Author Topic: EM Drive Developments - related to space flight applications - Thread 2  (Read 2141298 times)

Offline Mulletron

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This does fit (as far as I've gotten) the concept of a self-accelerating Dirac wavepacket (which does conserve momentum).
...
Please tell us more when you have a chance about the <<self-accelerating Dirac wavepacket (which does conserve momentum)>> as conservation of momentum has been the biggest problem of the scientific media (Prof. Baez and Sean Carroll for example) and with the serious science-fiction media (Greg Egan) with the EMDrive.  How does momentum get conserved in the EMDrive when there is nothing coming out of the EM Drive?

http://physics.stackexchange.com/questions/160702/self-accelerating-wavepackets-what-are-they-and-can-they-impulse-a-spaceship

http://www.nature.com/nphys/journal/vaop/ncurrent/fig_tab/nphys3196_F1.html

http://newsoffice.mit.edu/2015/self-accelerating-particles-0120

Or are you considering that evanescent waves coming out of the EM Drive in outer space (with no fields or matter nearby to interact with) are responsible for conservation of momentum with an effectiveness much greater than a photon rocket?

This is certainly interesting but there are no "specially engineered phase masks" in Emdrive.

Same people: http://arxiv.org/pdf/1205.2112.pdf
« Last Edit: 02/17/2015 11:00 PM by Mulletron »
Challenge your preconceptions, or they will challenge you. - Velik

Online aero

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...
So what do you propose as a resolution to your critique?
Same thing I proposed here:

http://forum.nasaspaceflight.com/index.php?topic=36313.msg1332813#msg1332813

.. it is critical, to assess results of a numerical solution, to compare the results of a numerical solution (for example Finite Difference method) to an exact solution.  In this case, an exact solution to a cylindrical cavity exists  (http://en.wikipedia.org/wiki/Microwave_cavity#Cylindrical_cavity), and it would be worthwhile to compare how far is the MEEP solution for a resonant cylindrical cavity, say of a diameter=Sqrt[BigDiameterOfTruncatedCone * SmallDiameterOfTruncatedCone]=0.21060 m and same axial length, with the same material inputs and mesh as used for the Finite Difference solution of the Truncated Cone.
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I propose a MEEP analysis for a resonant cylindrical cavity (no dielectric), with  diameter=Sqrt[BigDiameterOfTruncatedCone * SmallDiameterOfTruncatedCone] and same axial length=0.2286 m as the NASA cavity, with the same material inputs and mesh as you used for the Finite Difference solution of the Truncated Cone.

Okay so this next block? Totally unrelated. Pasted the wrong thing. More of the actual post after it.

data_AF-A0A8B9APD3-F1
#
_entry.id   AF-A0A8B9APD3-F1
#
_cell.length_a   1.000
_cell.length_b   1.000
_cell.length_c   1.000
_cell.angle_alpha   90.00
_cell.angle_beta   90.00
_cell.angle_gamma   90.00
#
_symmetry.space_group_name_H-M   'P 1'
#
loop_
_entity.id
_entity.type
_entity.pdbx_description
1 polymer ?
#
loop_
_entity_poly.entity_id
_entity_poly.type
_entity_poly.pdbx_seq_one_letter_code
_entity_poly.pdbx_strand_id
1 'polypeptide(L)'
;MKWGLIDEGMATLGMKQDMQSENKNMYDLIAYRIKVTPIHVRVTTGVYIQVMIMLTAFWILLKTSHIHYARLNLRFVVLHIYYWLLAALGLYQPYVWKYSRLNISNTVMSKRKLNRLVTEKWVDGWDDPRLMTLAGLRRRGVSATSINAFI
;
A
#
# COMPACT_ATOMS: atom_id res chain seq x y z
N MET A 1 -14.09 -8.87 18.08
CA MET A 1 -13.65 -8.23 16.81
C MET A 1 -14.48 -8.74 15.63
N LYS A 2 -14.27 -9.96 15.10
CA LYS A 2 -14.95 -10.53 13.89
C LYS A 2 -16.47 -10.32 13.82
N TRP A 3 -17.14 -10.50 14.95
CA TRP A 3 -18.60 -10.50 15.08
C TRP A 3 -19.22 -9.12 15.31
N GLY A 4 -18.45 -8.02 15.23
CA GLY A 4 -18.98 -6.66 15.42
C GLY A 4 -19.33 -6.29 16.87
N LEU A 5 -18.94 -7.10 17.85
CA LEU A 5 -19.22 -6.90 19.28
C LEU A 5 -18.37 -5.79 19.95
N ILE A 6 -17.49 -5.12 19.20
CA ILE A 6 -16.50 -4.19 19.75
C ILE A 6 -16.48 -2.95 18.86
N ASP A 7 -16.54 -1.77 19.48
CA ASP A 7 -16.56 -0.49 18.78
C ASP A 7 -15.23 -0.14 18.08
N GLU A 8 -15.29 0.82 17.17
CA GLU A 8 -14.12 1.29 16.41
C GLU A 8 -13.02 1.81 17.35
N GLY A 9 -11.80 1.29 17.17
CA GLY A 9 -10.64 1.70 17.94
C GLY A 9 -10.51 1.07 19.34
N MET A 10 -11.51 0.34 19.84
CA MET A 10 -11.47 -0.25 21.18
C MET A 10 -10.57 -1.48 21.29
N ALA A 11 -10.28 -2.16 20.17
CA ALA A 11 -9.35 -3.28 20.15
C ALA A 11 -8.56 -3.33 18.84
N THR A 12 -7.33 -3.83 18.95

Actual geometry
Large OD : 11.00 " (0.2794m),
Small OD: 6.25" (0.1588 m)
Length : 9.00 " (0.2286m)
Geometric Mean Diameter: 0.2106056741875679 m


If the MEEP mesh for the truncated cone cannot be used to obtain a  MEEP solution close to the exact solution for a cylindrical cavity of similar dimensions (an easier problem to solve than the truncated cone), then that mesh and solution (2D?) cannot get a reliable solution for the EM Drive truncated cone, concerning EM Drive for space flight applications. (The cylindrical cavity is an easier problem because the mode shapes are either purely resonating (real solutions) or evanescent (imaginary solutions) while for a truncated cone there are modes that go from resonating to evanescent, and because the truncated cone displays interesting attenuation and focusing properties).

As you must know, there are several more-or-less independent modules in meep. The core FDTD algorithm that we should be concerned about is not the same as the Harminv algorithm which determines resonance frequencies and as you know, is suspect, at least by me and Dr. Dominic and I think, yourself. Proving again that the Harminv module is suspect will not show anything one way or the other about the core FDTD algorithm or the Flux and Forces modules. In other words, You already know the answer, so what is your point? 

In reading this I detect a hint of frustration, but I am.
Retired, working interesting problems

Offline Mulletron

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This is a goldmine of information concerning non-reciprocal materials!

http://arxiv.org/abs/1211.0530

The visual is to help communicate the concept.
Challenge your preconceptions, or they will challenge you. - Velik

Offline Rodal